Visionaries are what we look for when seeking companies to invest in. Long-term vision for expansion, impact, and, of course, profit all contribute to good investments.
Tech and telecommunications is a sector that is constantly evolving and even branching into other sectors such as health care and energy. Although we love the advances in technical hardware, the real tech and telecomm gems may be a bit softer. Social media has crept into our lives to take an important and essential role in our everyday experiences and is proving to be the next luxury and necessity for our communications needs.
Facebook and Internet expansion
After Facebook (NASDAQ:FB) made the huge $19 billion dollar acquisition of WhatsApp a few weeks ago, CEO Mark Zuckerberg took to the big stage at the Mobile World Congress event in Barcelona, Spain last week and spoke on Facebook's plans for the future. Zuckerberg defended his investment with key points of the initial success of the WhatsApp's userbase being at 500 million and that amount of usership is hard to come by.
Mark isn't stopping with the WhatsApp acquisition when it comes to his core mission to connect the world. His long-term vision is already coming into view with Internet.org, which is "a global partnership between technology leaders, nonprofits, local communities and experts who are working together to bring the Internet to the two thirds of the world's population that doesn't have it." The plan is to develop free Internet access for all at one point, with basic Internet and messaging services available for free in order to maintain connectivity with or without data carriers and plans.
Internet.org's efficiency plan includes three "pillars":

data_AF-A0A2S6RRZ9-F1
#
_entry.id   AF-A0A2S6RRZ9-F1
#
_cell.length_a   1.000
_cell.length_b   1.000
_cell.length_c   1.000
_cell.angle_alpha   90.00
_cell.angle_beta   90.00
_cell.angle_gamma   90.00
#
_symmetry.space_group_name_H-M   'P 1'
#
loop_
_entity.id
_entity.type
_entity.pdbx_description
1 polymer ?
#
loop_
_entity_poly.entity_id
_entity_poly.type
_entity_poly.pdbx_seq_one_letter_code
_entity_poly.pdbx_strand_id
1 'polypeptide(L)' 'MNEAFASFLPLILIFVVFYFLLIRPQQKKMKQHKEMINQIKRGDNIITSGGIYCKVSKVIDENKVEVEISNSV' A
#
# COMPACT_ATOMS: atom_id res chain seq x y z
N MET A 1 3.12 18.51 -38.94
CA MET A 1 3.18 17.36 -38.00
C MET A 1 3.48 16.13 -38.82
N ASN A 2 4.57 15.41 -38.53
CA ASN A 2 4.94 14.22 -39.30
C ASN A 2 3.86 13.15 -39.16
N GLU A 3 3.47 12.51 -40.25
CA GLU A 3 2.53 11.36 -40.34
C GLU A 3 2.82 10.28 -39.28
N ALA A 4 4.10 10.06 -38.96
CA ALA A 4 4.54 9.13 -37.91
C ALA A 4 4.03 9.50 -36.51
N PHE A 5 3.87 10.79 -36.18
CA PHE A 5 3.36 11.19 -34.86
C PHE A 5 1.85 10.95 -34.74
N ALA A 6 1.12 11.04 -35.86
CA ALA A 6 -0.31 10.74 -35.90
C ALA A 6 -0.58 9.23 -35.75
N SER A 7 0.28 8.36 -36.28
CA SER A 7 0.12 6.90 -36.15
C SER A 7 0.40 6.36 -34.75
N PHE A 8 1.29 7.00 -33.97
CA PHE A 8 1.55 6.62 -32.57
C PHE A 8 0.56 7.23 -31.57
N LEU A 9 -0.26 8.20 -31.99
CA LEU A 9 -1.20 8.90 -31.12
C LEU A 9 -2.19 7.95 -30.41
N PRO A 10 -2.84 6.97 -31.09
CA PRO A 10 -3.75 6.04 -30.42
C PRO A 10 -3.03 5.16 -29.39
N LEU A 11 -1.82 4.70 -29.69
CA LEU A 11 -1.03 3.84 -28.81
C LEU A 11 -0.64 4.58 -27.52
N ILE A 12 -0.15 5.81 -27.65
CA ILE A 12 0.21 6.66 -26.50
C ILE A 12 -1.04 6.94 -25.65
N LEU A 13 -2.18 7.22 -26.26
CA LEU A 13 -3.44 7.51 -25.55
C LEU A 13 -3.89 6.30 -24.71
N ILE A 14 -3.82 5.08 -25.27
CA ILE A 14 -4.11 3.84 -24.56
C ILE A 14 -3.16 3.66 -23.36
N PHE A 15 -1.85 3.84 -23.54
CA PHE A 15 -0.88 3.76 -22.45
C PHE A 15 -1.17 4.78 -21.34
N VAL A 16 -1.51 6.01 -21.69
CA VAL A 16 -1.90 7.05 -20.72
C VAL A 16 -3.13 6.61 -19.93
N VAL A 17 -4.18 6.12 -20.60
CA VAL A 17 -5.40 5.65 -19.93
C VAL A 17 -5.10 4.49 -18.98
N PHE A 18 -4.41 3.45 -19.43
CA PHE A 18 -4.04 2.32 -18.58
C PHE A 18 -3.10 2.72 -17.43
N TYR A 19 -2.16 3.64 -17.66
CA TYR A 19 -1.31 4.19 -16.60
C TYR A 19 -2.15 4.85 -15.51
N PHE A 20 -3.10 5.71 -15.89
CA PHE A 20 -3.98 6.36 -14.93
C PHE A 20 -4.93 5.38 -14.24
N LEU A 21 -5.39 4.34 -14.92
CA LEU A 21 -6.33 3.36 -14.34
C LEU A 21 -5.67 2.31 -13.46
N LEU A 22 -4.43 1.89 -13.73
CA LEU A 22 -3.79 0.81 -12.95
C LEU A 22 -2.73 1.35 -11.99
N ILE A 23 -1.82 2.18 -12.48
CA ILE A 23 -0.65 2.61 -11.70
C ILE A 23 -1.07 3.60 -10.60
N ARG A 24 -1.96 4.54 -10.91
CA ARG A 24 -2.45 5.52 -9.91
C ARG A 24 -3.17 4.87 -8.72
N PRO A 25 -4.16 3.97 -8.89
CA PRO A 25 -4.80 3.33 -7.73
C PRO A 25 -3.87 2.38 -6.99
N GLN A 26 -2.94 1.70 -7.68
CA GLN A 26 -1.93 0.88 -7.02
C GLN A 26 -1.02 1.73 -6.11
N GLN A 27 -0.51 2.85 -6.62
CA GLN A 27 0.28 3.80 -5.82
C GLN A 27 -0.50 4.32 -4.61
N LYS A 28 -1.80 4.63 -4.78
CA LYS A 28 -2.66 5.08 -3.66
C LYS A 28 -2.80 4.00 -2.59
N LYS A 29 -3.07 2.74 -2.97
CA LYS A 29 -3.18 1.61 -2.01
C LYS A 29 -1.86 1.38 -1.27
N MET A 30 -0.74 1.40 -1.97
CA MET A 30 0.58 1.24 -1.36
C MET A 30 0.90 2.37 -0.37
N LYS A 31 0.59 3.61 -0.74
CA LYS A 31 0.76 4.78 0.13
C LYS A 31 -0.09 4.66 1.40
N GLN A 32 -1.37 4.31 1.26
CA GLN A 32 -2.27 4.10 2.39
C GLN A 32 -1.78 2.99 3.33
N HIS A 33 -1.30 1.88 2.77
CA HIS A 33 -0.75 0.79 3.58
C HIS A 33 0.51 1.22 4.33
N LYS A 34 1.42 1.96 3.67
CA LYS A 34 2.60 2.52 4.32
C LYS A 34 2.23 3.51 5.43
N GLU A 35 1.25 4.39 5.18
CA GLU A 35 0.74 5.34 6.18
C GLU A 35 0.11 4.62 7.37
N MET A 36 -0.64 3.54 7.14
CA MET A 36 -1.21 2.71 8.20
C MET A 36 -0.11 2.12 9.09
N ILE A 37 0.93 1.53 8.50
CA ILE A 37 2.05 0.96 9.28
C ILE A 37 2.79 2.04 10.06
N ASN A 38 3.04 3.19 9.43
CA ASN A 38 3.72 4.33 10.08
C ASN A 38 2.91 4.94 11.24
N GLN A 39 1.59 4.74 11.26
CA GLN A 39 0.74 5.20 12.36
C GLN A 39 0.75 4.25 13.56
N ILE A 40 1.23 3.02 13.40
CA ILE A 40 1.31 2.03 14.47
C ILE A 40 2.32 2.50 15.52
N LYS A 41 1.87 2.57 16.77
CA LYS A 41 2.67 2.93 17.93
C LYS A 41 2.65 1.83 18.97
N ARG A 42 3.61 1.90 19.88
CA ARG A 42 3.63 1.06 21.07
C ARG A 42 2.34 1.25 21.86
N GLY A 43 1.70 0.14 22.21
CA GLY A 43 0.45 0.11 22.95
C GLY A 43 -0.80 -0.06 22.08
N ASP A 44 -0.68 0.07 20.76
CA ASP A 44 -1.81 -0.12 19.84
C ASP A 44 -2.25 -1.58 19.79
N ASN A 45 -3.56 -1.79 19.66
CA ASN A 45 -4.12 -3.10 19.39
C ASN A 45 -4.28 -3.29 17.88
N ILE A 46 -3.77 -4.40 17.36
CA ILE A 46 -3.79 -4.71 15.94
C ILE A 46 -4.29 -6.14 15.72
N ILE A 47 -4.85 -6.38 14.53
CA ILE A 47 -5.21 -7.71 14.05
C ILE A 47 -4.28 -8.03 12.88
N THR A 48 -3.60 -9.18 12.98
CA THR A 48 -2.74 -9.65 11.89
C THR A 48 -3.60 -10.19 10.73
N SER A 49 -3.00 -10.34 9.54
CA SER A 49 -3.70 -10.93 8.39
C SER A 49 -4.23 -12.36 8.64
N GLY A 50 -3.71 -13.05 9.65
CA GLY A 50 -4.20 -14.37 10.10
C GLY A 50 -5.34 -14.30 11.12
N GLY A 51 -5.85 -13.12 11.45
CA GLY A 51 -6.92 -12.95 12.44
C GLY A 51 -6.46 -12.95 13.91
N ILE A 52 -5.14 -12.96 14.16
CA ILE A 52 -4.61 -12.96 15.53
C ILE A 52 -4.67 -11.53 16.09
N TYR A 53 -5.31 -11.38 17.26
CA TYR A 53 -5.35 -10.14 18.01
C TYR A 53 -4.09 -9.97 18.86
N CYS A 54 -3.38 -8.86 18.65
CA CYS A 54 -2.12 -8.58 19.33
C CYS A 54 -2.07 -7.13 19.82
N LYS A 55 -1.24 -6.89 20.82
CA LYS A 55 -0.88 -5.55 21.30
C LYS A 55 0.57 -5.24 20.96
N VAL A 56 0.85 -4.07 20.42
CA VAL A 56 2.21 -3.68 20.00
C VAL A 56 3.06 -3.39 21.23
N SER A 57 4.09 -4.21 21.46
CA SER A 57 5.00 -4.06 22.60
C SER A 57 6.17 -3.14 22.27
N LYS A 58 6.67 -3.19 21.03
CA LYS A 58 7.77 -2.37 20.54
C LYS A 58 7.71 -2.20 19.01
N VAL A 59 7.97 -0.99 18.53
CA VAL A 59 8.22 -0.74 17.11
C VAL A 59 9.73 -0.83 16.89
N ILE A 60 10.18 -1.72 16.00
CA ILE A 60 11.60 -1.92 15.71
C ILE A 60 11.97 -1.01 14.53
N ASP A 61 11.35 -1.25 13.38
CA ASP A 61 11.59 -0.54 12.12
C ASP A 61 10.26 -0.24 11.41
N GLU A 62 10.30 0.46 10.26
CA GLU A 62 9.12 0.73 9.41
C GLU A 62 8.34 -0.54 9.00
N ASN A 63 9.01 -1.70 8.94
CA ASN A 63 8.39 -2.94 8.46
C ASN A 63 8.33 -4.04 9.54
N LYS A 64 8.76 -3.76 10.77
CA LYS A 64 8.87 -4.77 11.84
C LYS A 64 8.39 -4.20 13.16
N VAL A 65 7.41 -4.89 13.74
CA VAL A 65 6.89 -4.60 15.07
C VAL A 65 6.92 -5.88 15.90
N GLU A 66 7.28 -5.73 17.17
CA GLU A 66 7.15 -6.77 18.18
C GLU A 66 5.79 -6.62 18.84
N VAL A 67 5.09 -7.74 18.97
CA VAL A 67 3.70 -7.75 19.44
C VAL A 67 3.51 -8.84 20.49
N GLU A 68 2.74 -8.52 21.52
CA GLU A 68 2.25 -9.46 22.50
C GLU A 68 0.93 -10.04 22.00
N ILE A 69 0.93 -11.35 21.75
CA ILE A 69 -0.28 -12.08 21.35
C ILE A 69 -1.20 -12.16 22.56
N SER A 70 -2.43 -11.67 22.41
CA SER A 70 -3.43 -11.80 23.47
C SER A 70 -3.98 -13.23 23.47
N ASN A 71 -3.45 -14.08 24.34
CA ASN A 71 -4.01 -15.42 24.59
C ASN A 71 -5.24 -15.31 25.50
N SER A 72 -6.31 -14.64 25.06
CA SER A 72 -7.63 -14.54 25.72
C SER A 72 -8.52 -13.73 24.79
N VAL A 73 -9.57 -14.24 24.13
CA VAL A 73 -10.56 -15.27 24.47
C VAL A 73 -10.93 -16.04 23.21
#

- Decrease the overall cost of infrastructure and utilize more open source technologies - Develop technologies (hardware and software) that cost less to produce.
- Decrease the amount of data used by apps - Encourage more efficient apps that use less data, thus saving on data charges and hardware battery-life efficiency.
- Increase the efficiency of upsells - Cheap subscription fees -- easily added to data plan bills -- like those offered by WhatsApp bring in revenue to increase profits and return on investment.
We want to digitally map the global economy, identifying the connections between people, companies, jobs, skills, and professional knowledge, thus allowing all forms of capital – intellectual, working, and human –to flow to where it can best be leveraged.
Felicia Gooden has no position in any stocks mentioned. The Motley Fool recommends Facebook, LinkedIn, and Twitter. The Motley Fool owns shares of Facebook and LinkedIn. Try any of our Foolish newsletter services free for 30 days. We Fools may not all hold the same opinions, but we all believe that considering a diverse range of insights makes us better investors. The Motley Fool has a disclosure policy.